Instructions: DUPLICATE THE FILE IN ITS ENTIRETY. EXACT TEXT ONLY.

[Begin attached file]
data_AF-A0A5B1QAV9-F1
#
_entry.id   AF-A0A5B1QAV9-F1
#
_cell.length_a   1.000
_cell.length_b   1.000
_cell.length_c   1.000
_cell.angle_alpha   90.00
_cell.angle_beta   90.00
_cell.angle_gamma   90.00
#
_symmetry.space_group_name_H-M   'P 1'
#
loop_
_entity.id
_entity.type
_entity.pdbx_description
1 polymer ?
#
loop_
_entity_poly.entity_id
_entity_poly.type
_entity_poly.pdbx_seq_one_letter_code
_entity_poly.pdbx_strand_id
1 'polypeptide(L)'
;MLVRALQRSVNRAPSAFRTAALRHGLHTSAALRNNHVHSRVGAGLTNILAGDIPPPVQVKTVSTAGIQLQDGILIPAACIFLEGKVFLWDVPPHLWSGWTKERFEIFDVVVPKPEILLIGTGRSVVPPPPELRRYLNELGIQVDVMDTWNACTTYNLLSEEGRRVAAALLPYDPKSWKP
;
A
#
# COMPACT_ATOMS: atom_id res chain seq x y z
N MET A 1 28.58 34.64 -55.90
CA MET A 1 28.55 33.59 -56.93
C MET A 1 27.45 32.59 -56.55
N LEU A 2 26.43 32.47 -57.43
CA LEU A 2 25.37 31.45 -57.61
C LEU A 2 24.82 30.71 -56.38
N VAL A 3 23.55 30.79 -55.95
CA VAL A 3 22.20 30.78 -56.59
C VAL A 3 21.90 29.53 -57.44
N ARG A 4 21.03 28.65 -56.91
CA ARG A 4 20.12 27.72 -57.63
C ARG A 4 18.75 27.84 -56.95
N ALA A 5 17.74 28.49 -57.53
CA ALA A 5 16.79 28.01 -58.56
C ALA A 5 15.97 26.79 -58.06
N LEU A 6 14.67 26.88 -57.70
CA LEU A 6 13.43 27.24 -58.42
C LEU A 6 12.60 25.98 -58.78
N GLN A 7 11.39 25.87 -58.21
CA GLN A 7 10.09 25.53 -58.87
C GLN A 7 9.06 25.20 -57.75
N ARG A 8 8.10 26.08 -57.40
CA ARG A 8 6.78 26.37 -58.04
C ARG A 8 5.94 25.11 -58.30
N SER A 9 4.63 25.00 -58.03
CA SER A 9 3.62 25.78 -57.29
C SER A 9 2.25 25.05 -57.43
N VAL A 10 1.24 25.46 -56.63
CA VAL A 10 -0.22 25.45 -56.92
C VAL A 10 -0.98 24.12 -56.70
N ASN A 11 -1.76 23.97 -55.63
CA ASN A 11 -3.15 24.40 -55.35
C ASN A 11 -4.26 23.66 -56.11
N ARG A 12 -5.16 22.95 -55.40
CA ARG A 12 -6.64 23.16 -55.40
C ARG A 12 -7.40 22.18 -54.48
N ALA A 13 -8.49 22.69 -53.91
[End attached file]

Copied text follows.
data_AF-A0A5B1QAV9-F1
#
_entry.id   AF-A0A5B1QAV9-F1
#
_cell.length_a   1.000
_cell.length_b   1.000
_cell.length_c   1.000
_cell.angle_alpha   90.00
_cell.angle_beta   90.00
_cell.angle_gamma   90.00
#
_symmetry.space_group_name_H-M   'P 1'
#
loop_
_entity.id
_entity.type
_entity.pdbx_description
1 polymer ?
#
loop_
_entity_poly.entity_id
_entity_poly.type
_entity_poly.pdbx_seq_one_letter_code
_entity_poly.pdbx_strand_id
1 'polypeptide(L)'
;MLVRALQRSVNRAPSAFRTAALRHGLHTSAALRNNHVHSRVGAGLTNILAGDIPPPVQVKTVSTAGIQLQDGILIPAACIFLEGKVFLWDVPPHLWSGWTKERFEIFDVVVPKPEILLIGTGRSVVPPPPELRRYLNELGIQVDVMDTWNACTTYNLLSEEGRRVAAALLPYDPKSWKP
;
A
#
# COMPACT_ATOMS: atom_id res chain seq x y z
N MET A 1 28.58 34.64 -55.90
CA MET A 1 28.55 33.59 -56.93
C MET A 1 27.45 32.59 -56.55
N LEU A 2 26.43 32.47 -57.43
CA LEU A 2 25.37 31.45 -57.61
C LEU A 2 24.82 30.71 -56.38
N VAL A 3 23.55 30.79 -55.95
CA VAL A 3 22.20 30.78 -56.59
C VAL A 3 21.90 29.53 -57.44
N ARG A 4 21.03 28.65 -56.91
CA ARG A 4 20.12 27.72 -57.63
C ARG A 4 18.75 27.84 -56.95
N ALA A 5 17.74 28.49 -57.53
CA ALA A 5 16.79 28.01 -58.56
C ALA A 5 15.97 26.79 -58.06
N LEU A 6 14.67 26.88 -57.70
CA LEU A 6 13.43 27.24 -58.42
C LEU A 6 12.60 25.98 -58.78
N GLN A 7 11.39 25.87 -58.21
CA GLN A 7 10.09 25.53 -58.87
C GLN A 7 9.06 25.20 -57.75
N ARG A 8 8.10 26.08 -57.40
CA ARG A 8 6.78 26.37 -58.04
C ARG A 8 5.94 25.11 -58.30
N SER A 9 4.63 25.00 -58.03
CA SER A 9 3.62 25.78 -57.29
C SER A 9 2.25 25.05 -57.43
N VAL A 10 1.24 25.46 -56.63
CA VAL A 10 -0.22 25.45 -56.92
C VAL A 10 -0.98 24.12 -56.70
N ASN A 11 -1.76 23.97 -55.63
CA ASN A 11 -3.15 24.40 -55.35
C ASN A 11 -4.26 23.66 -56.11
N ARG A 12 -5.16 22.95 -55.40
CA ARG A 12 -6.64 23.16 -55.40
C ARG A 12 -7.40 22.18 -54.48
N ALA A 13 -8.49 22.69 -53.91